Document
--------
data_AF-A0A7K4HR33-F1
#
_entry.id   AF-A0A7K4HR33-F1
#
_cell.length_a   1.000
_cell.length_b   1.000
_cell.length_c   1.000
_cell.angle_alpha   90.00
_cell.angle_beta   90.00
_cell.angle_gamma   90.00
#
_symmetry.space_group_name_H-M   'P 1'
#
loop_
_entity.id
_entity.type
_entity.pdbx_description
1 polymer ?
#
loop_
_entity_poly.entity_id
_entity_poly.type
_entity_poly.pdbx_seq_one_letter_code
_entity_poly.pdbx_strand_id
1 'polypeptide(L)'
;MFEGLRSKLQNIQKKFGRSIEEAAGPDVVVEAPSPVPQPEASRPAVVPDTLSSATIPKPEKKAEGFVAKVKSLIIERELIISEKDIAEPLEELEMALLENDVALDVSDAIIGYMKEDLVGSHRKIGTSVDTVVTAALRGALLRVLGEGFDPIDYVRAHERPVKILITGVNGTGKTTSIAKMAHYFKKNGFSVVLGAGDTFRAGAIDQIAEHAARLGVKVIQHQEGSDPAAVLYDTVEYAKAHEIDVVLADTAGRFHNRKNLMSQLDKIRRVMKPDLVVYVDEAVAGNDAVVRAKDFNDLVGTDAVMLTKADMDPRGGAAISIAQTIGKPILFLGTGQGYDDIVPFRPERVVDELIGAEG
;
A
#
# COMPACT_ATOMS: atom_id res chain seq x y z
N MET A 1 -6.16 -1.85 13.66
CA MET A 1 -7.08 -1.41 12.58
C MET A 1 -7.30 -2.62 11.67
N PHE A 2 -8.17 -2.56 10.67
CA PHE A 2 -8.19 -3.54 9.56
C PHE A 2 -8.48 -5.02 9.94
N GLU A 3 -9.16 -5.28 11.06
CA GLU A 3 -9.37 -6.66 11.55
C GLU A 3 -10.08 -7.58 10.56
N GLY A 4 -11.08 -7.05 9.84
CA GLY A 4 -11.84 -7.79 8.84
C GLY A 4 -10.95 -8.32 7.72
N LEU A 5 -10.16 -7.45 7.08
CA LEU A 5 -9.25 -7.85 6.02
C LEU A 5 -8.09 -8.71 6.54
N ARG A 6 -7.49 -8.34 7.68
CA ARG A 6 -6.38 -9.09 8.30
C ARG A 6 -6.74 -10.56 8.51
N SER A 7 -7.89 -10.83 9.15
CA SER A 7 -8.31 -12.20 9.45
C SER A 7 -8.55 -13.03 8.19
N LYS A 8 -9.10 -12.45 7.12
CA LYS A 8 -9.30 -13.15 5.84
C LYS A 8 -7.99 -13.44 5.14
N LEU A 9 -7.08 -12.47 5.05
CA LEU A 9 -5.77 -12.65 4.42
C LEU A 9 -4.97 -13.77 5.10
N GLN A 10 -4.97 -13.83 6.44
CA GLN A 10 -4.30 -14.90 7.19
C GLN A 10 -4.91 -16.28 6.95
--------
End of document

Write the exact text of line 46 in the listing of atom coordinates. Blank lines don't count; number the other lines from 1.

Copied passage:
N ARG A 6 -7.49 -8.34 7.68